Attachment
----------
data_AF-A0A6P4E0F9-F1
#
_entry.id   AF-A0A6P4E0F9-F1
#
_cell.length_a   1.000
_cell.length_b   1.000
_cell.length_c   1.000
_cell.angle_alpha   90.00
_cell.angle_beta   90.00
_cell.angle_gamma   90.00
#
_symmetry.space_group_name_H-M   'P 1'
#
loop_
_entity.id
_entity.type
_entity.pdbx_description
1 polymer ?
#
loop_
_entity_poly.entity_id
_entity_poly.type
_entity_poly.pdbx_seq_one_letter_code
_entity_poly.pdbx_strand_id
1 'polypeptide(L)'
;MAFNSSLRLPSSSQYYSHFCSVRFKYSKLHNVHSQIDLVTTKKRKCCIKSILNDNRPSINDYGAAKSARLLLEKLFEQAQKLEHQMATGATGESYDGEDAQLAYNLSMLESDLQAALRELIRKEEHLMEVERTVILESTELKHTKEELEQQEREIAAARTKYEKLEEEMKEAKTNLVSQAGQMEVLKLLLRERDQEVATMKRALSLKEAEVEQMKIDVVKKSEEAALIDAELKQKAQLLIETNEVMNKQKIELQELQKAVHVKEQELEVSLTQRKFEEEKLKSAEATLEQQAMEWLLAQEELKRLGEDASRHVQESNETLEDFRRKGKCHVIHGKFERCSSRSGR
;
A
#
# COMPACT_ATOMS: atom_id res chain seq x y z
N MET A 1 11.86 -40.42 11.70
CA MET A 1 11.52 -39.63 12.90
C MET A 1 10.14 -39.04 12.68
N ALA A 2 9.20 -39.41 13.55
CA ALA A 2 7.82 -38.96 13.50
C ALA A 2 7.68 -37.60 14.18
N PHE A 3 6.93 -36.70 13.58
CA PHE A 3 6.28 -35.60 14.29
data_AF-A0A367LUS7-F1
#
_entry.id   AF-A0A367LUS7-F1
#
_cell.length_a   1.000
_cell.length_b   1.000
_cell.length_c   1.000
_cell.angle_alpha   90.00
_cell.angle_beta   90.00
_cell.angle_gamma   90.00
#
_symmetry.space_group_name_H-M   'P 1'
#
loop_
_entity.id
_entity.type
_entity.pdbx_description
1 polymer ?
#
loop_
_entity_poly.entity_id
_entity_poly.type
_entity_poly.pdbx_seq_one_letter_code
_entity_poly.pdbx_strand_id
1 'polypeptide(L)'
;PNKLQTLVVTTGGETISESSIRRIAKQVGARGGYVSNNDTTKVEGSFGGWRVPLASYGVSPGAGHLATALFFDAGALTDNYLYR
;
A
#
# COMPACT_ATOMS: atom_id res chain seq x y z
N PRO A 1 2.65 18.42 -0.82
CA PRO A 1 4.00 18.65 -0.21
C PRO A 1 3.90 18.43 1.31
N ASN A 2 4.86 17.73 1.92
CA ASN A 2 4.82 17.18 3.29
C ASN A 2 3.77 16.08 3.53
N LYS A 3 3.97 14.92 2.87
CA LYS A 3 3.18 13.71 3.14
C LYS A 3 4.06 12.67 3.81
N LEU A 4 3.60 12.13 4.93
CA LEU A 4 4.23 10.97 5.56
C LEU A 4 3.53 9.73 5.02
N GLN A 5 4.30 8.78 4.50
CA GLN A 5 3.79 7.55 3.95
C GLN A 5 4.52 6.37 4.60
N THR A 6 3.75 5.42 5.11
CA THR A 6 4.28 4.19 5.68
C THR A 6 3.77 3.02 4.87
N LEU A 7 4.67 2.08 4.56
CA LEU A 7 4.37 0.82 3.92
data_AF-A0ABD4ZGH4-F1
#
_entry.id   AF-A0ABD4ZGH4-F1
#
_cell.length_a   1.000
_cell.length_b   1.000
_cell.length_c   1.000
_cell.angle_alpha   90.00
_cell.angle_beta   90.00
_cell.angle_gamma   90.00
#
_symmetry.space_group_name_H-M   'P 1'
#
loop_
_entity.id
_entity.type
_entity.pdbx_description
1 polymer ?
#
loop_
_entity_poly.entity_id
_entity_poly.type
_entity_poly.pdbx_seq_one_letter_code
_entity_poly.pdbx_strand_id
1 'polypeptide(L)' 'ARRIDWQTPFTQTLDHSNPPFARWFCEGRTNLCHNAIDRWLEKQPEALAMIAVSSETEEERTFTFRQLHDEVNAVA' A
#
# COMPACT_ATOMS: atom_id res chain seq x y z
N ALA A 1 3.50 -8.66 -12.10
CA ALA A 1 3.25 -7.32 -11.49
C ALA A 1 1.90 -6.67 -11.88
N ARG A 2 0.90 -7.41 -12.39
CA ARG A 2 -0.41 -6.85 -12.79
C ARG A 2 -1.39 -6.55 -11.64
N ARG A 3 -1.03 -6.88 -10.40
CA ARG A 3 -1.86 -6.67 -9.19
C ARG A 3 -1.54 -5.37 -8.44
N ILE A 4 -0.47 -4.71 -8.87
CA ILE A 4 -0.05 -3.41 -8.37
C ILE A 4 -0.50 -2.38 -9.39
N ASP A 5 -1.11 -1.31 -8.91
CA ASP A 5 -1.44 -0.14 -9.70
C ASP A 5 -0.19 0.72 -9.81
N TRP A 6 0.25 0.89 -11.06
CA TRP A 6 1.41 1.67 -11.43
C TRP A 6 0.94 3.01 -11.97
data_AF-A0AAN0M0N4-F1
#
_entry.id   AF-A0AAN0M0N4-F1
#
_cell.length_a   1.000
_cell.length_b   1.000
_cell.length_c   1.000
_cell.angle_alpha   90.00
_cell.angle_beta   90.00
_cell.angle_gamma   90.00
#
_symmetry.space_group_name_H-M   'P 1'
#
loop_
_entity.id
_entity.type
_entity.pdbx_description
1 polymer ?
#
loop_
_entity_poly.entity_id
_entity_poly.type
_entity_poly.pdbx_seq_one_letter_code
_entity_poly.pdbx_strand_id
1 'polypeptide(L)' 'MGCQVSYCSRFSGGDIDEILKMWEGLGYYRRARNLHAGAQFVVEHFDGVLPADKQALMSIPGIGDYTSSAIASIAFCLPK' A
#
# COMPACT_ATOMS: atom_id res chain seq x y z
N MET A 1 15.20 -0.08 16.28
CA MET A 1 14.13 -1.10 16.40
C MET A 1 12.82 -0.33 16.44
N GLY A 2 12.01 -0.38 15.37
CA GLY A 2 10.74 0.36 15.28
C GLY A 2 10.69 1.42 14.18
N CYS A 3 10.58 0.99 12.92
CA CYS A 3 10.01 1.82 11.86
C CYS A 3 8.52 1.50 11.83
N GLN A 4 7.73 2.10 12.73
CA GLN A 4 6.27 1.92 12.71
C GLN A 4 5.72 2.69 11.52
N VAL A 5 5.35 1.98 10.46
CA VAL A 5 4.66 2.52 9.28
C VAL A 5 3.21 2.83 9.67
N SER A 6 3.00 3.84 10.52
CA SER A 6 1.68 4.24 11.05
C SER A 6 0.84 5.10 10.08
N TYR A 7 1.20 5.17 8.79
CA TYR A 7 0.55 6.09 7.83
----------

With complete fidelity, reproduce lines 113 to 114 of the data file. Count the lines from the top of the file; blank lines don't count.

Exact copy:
1 'polypeptide(L)' 'ARRIDWQTPFTQTLDHSNPPFARWFCEGRTNLCHNAIDRWLEKQPEALAMIAVSSETEEERTFTFRQLHDEVNAVA' A
#